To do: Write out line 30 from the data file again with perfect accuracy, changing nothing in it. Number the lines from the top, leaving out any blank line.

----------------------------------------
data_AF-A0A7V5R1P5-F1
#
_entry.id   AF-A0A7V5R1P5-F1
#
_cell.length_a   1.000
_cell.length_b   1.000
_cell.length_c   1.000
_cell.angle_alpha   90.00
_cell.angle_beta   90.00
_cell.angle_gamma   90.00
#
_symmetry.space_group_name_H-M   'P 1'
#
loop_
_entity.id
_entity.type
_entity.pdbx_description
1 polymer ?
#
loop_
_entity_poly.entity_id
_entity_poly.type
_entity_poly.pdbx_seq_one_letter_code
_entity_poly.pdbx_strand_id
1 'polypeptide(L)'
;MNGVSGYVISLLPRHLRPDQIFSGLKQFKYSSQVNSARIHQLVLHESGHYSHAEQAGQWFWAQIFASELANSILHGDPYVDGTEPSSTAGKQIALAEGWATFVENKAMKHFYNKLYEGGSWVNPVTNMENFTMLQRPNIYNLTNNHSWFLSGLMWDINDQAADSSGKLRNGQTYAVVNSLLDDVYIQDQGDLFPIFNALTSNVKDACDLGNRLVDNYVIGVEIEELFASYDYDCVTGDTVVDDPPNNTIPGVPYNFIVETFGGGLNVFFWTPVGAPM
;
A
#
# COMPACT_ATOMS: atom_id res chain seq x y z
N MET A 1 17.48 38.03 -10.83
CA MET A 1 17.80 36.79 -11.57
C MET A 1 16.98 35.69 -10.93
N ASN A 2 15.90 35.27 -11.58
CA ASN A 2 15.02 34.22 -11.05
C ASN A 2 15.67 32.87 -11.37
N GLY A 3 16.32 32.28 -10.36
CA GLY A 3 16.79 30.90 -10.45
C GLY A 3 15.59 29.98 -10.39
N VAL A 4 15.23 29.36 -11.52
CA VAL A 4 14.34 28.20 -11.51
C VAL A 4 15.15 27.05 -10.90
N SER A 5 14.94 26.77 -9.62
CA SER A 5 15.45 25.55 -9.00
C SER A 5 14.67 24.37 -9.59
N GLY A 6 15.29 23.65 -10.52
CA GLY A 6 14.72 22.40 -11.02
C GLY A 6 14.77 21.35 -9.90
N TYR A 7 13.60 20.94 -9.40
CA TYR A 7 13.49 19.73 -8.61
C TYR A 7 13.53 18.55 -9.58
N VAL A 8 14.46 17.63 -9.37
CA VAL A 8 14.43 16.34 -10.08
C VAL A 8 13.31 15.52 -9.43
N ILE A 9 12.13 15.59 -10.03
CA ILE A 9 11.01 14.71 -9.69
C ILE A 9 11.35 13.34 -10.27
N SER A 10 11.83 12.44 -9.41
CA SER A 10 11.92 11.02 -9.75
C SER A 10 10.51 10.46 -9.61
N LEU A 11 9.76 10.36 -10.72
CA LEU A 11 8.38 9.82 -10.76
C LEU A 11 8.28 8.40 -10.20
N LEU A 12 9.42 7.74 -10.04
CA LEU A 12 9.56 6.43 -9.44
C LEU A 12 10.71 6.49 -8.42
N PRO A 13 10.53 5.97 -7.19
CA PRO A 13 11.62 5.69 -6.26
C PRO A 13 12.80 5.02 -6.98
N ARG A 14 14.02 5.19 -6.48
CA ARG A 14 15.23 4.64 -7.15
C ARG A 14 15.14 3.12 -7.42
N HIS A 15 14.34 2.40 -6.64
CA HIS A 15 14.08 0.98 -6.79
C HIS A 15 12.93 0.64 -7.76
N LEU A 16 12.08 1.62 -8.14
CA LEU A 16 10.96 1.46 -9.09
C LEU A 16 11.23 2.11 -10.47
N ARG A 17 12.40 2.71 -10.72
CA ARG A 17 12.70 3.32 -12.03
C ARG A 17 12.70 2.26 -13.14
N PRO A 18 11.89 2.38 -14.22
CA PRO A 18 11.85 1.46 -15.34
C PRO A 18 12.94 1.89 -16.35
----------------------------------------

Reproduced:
# COMPACT_ATOMS: atom_id res chain seq x y z